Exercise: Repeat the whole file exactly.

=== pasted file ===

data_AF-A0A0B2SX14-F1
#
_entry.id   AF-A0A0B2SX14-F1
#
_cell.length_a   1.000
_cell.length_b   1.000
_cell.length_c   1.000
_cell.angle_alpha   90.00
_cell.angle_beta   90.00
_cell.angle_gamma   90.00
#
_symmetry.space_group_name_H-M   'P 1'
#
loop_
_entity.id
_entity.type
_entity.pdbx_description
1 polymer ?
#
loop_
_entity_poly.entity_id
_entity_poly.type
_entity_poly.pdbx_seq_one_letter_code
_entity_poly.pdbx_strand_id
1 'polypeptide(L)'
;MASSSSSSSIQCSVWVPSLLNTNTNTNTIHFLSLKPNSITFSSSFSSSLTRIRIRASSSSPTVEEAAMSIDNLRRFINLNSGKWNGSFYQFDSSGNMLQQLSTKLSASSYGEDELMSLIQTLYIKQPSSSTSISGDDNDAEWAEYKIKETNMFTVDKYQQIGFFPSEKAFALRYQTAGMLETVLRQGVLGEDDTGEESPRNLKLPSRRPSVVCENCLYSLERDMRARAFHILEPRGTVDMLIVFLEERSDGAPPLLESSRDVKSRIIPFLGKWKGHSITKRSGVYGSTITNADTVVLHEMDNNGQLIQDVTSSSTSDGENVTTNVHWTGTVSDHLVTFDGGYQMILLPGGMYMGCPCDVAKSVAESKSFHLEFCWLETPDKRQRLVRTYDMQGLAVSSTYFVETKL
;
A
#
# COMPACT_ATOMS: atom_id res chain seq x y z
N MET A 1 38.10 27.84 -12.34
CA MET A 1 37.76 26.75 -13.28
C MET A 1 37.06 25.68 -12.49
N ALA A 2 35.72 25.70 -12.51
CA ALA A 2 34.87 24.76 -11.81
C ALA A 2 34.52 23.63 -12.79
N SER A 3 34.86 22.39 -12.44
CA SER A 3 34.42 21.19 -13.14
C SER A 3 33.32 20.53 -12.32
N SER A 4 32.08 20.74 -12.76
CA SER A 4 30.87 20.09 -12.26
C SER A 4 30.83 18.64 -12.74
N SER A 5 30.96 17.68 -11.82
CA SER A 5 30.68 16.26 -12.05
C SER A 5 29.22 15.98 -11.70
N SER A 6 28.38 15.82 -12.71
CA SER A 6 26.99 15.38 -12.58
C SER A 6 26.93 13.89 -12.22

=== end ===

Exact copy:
data_AF-A0A0B2SX14-F1
#
_entry.id   AF-A0A0B2SX14-F1
#
_cell.length_a   1.000
_cell.length_b   1.000
_cell.length_c   1.000
_cell.angle_alpha   90.00
_cell.angle_beta   90.00
_cell.angle_gamma   90.00
#
_symmetry.space_group_name_H-M   'P 1'
#
loop_
_entity.id
_entity.type
_entity.pdbx_description
1 polymer ?
#
loop_
_entity_poly.entity_id
_entity_poly.type
_entity_poly.pdbx_seq_one_letter_code
_entity_poly.pdbx_strand_id
1 'polypeptide(L)'
;MASSSSSSSIQCSVWVPSLLNTNTNTNTIHFLSLKPNSITFSSSFSSSLTRIRIRASSSSPTVEEAAMSIDNLRRFINLNSGKWNGSFYQFDSSGNMLQQLSTKLSASSYGEDELMSLIQTLYIKQPSSSTSISGDDNDAEWAEYKIKETNMFTVDKYQQIGFFPSEKAFALRYQTAGMLETVLRQGVLGEDDTGEESPRNLKLPSRRPSVVCENCLYSLERDMRARAFHILEPRGTVDMLIVFLEERSDGAPPLLESSRDVKSRIIPFLGKWKGHSITKRSGVYGSTITNADTVVLHEMDNNGQLIQDVTSSSTSDGENVTTNVHWTGTVSDHLVTFDGGYQMILLPGGMYMGCPCDVAKSVAESKSFHLEFCWLETPDKRQRLVRTYDMQGLAVSSTYFVETKL
;
A
#
# COMPACT_ATOMS: atom_id res chain seq x y z
N MET A 1 38.10 27.84 -12.34
CA MET A 1 37.76 26.75 -13.28
C MET A 1 37.06 25.68 -12.49
N ALA A 2 35.72 25.70 -12.51
CA ALA A 2 34.87 24.76 -11.81
C ALA A 2 34.52 23.63 -12.79
N SER A 3 34.86 22.39 -12.44
CA SER A 3 34.42 21.19 -13.14
C SER A 3 33.32 20.53 -12.32
N SER A 4 32.08 20.74 -12.76
CA SER A 4 30.87 20.09 -12.26
C SER A 4 30.83 18.64 -12.74
N SER A 5 30.96 17.68 -11.82
CA SER A 5 30.68 16.26 -12.05
C SER A 5 29.22 15.98 -11.70
N SER A 6 28.38 15.82 -12.71
CA SER A 6 26.99 15.38 -12.58
C SER A 6 26.93 13.89 -12.22